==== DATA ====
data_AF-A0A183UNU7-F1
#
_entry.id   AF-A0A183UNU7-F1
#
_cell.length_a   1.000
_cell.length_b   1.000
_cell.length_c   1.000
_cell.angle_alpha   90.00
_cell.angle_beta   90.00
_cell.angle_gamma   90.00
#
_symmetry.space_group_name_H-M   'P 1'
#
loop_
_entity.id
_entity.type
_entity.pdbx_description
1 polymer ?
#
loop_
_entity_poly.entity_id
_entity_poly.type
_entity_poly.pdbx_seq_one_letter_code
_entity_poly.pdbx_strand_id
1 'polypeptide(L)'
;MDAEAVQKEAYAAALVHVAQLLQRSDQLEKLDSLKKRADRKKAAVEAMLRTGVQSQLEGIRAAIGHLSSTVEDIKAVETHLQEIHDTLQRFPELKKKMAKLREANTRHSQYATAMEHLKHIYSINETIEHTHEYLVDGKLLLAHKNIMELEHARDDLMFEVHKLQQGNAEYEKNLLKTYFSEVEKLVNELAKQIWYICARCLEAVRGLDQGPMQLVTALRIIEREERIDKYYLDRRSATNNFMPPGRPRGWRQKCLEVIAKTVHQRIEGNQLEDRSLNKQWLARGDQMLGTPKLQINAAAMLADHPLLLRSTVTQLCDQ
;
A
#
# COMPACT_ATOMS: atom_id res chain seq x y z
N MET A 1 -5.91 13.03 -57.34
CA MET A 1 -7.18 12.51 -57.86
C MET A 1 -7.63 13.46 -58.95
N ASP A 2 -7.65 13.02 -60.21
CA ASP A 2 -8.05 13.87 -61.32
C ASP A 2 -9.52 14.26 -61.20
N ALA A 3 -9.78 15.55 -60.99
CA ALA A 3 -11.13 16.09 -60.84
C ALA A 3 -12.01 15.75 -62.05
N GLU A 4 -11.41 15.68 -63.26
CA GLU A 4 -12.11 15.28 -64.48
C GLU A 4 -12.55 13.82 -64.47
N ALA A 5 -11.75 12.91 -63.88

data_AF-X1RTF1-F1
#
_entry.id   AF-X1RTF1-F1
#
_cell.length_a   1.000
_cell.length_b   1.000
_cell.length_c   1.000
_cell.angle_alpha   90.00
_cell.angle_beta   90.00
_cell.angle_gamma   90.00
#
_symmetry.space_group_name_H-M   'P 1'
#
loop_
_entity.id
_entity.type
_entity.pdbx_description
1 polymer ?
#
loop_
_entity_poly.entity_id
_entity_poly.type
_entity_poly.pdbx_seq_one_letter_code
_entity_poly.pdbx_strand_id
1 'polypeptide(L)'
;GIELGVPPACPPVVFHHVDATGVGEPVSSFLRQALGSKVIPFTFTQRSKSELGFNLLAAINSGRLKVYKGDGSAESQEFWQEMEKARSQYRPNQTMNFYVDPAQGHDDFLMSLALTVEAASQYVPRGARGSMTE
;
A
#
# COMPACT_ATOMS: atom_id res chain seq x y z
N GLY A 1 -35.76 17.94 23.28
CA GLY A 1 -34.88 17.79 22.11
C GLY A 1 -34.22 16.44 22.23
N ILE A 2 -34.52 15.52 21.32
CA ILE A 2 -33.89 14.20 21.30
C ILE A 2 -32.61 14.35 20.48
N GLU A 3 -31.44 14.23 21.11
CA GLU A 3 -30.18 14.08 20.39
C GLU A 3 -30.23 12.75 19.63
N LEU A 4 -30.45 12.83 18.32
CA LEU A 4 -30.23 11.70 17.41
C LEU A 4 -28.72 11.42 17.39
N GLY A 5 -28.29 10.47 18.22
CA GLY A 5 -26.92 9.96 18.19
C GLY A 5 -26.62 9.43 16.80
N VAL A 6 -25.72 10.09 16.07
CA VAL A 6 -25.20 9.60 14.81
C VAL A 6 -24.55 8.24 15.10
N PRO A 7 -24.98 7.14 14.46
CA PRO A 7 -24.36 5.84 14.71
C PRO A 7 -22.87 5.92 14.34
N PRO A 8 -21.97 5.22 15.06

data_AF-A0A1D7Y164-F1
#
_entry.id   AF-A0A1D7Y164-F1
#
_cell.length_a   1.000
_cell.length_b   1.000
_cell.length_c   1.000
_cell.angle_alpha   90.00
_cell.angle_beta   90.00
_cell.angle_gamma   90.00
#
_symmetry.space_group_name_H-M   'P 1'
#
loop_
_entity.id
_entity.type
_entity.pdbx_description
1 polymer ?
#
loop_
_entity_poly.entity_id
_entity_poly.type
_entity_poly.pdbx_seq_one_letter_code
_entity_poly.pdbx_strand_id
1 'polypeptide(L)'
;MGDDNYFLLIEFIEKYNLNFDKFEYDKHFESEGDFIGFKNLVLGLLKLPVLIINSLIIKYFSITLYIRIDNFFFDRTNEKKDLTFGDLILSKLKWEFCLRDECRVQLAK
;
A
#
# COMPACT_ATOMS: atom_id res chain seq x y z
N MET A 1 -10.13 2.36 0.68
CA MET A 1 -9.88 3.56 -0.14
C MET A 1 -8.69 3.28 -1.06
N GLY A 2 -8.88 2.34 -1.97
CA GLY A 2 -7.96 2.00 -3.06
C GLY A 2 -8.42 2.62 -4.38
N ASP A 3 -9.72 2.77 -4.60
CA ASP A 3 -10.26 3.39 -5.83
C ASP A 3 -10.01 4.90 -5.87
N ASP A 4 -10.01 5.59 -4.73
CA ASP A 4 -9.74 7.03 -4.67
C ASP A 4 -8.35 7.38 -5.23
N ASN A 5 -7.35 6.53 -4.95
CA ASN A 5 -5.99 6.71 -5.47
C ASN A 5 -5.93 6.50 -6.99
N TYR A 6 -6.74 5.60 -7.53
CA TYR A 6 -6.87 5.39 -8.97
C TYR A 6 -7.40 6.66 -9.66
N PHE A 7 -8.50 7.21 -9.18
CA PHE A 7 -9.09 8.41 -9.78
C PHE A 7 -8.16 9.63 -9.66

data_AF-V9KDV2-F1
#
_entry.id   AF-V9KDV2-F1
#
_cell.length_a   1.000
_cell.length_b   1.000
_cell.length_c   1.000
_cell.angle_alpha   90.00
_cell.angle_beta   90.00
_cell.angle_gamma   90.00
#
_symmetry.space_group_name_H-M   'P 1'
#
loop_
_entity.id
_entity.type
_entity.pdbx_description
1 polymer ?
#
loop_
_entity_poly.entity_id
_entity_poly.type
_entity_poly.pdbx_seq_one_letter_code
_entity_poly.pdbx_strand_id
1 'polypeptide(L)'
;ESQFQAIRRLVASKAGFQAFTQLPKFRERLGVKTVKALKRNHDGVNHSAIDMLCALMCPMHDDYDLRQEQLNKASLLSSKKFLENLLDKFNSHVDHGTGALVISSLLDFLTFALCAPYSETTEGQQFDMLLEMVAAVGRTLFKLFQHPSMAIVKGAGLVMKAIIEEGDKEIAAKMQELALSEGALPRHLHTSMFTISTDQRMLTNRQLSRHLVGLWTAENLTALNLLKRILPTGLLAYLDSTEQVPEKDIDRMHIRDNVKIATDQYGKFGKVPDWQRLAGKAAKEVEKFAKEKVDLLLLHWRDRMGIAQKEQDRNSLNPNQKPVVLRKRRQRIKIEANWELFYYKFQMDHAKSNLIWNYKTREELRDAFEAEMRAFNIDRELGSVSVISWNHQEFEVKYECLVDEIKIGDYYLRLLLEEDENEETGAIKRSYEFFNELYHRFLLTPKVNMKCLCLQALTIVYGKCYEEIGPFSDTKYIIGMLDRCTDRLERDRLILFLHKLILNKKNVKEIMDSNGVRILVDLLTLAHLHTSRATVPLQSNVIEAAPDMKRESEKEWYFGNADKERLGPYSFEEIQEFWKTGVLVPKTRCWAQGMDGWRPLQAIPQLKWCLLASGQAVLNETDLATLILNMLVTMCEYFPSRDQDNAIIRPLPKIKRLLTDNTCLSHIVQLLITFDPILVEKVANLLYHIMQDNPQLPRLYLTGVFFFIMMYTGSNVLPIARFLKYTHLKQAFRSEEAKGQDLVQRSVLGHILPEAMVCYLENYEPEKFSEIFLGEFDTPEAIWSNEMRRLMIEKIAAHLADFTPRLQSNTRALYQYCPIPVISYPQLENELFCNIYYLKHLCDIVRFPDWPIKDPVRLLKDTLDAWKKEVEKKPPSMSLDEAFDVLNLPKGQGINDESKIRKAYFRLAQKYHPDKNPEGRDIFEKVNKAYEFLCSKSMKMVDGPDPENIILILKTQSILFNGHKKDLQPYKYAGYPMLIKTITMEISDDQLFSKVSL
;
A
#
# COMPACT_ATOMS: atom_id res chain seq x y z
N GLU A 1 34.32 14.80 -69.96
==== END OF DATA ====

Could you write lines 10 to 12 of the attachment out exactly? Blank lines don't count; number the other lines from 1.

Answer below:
_cell.angle_gamma   90.00
#
_symmetry.space_group_name_H-M   'P 1'